Why Does TSA Swab Your Hands in Airport Screening?
Most of us are used to the TSA screening process at airports by now. Although first-time travelers may not be used to air travel restrictions and security screenings. Here is a summary of the typical process:
- Have your boarding pass and identification inspected by a TSA agent
- Don't carry liquids over 3.4 ounces in your carry-on bags
- Remove laptops from your carry-on luggage
- Take off your shoes
- Put your carry-on bag through the metal detector
- Go through that X-ray machine or body scanner, or get a pat down from TSA officers
And, every now and then, we get pulled aside for some extra special attention. Sometimes that's an extra search of your carry-on, and sometimes it's TSA agents swabbing your hands and luggage. But what's that swabbing for, and what happens if it comes back positive?
Why Does the TSA Swab Hands?
The Transportation Security Administration randomly swabs passengers' hands at security checkpoints and airport gates to test them for traces of explosives. The TSA swabs are analyzed for nitroglycerin, nitrates, glycerin, or other chemicals.
This was an expansion in 2010 from simply swabbing luggage and other items. "The point is to make sure that the air environment is a safe environment," then-Homeland Security Secretary Janet Napolitano said at the time. "We know that al Qaeda [and other] terrorists continue to think of aviation as a way to attack the United States. One way we keep it safe is by new technology [and] random use of different types of technology."
Is Hand Swabbing Constitutional?
While the Fourth Amendment protects against unreasonable searches and seizures, government officials have more leeway for searches at the airport, given the continued heightened security following the 9/11 hijackings. And while privacy advocates warn against the discriminatory use of checks (such as only targeting certain individuals for testing) or parading someone who tests positive (perhaps falsely) through security as a terrorist, the swab alone is minimally invasive.
Explosive detection even had approval from the American Civil Liberties Union, who called it "a good form of security that doesn't really invade privacy."
"There's really not a big privacy interest at stake here," according to the ACLU's Jay Stanley. "They are basically looking for particles of explosives, which is not something that people normally have."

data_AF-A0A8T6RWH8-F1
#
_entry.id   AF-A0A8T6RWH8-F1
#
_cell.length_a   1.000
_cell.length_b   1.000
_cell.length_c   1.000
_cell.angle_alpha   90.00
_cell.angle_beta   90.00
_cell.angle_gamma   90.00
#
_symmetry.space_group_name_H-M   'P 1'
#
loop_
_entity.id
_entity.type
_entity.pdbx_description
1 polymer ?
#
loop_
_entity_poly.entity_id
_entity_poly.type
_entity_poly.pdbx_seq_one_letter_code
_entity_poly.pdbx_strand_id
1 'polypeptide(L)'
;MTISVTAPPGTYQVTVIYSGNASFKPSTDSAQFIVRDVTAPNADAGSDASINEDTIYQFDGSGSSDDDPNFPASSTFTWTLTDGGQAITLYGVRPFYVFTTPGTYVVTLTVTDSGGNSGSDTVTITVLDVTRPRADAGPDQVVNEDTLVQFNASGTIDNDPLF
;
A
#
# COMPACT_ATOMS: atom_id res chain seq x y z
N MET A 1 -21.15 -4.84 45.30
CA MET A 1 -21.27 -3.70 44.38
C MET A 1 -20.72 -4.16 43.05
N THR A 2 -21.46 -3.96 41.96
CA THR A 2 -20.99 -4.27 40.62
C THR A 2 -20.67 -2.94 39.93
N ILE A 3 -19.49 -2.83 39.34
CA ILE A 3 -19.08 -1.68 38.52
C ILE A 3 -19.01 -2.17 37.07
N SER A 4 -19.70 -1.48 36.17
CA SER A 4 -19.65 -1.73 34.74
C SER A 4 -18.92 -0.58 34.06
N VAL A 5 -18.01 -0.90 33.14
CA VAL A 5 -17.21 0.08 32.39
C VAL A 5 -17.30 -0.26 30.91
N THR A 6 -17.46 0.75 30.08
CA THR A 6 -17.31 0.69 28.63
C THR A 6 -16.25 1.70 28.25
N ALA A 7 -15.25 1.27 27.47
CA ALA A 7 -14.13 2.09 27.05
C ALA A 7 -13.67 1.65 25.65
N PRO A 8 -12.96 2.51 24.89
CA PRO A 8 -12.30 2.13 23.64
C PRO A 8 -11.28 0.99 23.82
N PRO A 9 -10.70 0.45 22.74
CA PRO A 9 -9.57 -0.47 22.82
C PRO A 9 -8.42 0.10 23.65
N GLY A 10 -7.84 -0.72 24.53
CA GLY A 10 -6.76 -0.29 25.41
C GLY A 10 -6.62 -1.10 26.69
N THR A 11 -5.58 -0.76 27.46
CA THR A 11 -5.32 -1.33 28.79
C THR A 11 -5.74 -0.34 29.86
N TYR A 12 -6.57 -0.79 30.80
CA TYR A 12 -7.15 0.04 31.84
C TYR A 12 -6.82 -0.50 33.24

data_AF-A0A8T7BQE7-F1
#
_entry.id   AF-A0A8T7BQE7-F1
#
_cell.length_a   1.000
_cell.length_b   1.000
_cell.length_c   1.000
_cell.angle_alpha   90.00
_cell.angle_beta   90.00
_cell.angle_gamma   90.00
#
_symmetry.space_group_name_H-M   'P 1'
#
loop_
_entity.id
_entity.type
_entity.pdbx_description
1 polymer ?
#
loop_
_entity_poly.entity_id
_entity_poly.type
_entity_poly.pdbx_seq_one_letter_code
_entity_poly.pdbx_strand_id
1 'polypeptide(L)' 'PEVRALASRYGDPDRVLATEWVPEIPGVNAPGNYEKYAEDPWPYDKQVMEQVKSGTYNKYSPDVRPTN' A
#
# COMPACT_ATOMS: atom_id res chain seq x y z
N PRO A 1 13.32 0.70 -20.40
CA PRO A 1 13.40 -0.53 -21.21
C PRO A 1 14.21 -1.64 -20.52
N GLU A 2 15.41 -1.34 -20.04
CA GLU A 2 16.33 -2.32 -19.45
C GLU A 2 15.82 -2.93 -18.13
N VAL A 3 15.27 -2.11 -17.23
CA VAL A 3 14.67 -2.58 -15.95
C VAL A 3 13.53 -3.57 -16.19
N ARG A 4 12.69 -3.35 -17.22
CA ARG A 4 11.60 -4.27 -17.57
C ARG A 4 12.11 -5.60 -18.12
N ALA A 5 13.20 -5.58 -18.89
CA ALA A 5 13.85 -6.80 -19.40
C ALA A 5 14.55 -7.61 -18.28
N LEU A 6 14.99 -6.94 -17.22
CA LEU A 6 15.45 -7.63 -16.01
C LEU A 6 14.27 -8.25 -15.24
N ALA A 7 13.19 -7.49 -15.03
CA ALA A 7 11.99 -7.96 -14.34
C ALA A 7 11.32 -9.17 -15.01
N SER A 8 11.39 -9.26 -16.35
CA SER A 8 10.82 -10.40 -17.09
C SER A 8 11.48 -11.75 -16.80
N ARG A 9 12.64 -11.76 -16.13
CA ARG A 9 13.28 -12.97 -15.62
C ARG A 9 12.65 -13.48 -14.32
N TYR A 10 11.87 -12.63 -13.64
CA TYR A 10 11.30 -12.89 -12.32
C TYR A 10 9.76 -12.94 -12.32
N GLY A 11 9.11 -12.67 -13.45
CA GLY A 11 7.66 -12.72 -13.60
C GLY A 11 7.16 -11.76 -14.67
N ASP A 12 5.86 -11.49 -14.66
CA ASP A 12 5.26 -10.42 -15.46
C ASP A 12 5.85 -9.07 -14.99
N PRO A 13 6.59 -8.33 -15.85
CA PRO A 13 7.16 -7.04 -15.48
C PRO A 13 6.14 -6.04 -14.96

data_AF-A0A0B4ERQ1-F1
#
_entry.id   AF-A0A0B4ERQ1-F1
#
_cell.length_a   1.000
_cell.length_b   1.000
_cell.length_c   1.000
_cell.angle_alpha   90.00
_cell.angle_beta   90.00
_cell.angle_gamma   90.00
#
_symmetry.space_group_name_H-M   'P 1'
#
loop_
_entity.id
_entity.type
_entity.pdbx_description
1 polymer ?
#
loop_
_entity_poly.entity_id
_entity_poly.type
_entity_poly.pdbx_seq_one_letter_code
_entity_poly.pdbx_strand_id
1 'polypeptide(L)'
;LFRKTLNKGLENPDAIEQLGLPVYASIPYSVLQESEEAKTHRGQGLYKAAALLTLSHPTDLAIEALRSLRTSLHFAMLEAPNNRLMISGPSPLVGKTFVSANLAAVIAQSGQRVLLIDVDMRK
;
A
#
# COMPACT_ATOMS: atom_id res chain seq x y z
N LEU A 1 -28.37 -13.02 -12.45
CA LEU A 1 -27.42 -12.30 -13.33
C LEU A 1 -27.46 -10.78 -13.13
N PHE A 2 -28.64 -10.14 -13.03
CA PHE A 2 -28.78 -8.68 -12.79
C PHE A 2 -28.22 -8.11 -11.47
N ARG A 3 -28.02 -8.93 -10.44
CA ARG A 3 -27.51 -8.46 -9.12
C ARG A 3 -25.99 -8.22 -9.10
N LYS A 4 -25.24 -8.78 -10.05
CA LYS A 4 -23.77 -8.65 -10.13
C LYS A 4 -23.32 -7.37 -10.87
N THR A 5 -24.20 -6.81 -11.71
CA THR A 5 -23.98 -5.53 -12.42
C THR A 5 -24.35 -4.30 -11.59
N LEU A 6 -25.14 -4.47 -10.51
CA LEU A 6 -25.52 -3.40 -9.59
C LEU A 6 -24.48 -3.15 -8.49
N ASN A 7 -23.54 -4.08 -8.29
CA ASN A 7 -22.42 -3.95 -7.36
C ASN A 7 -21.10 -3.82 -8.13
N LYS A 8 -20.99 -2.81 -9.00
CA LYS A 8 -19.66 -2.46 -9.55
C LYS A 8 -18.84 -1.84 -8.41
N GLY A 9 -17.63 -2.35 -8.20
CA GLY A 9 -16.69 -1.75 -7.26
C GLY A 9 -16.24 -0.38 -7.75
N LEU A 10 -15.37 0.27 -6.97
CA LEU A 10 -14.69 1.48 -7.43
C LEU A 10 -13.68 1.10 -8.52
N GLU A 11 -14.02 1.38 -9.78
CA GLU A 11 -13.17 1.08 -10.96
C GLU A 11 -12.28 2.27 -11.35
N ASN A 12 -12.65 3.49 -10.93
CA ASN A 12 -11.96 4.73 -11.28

So, hand swabbing for explosive residue is most likely constitutionally valid because protecting a large population from terrorism outweighs an individual's right to unreasonable search and seizure.
What to Do If Your Hands Test Positive
So, what happens if your hands test positive for explosive material? Don't panic. Testing positive for certain chemicals, accelerants, or other substances under the TSA's Explosives Trace Detection (ETD) tests is not a crime in and of itself, but it may lead to a few more questions from TSA personnel and a more extensive search of your baggage.
The TSA stresses that it is "aware of all of the different people whose professions and hobbies might cause them to alarm the ETD machine because we've been using this technology for years." The agency acknowledges that hunters, firefighters, police officers, and military personnel who are around various accelerants and munitions on a daily basis may test positive even though they're not trying to carry an explosive device onto a plane.
Additionally, you might have a false positive or test positive for another reason. Common household items, such as hand soap or lotions, contain glycerin or other chemicals that may appear on the test.
What Happens If You Refuse the Swab Test
TSA uses the swabs to detect explosive material. They are not testing passengers' DNA, testing for viruses or illnesses, and the testing equipment does not test for narcotics. But be warned — an additional search that turns up drugs can get you into trouble, and refusing the swab test can get you referred for additional screening.
If you think a TSA search crossed the line, or you have been charged with a crime based on a TSA search, contact a criminal defense attorney immediately to protect your rights.
- Find a Criminal Defense Lawyer Near You (FindLaw's Lawyer Directory)
- 5 Dumb Ways to Get Arrested at an Airport (FindLaw Blotter)
- 5 Things You Should Never Do at Airport Security (FindLaw Blotter)
- TSA Sued for Searching Travelers' Devices (FindLaw Blotter)
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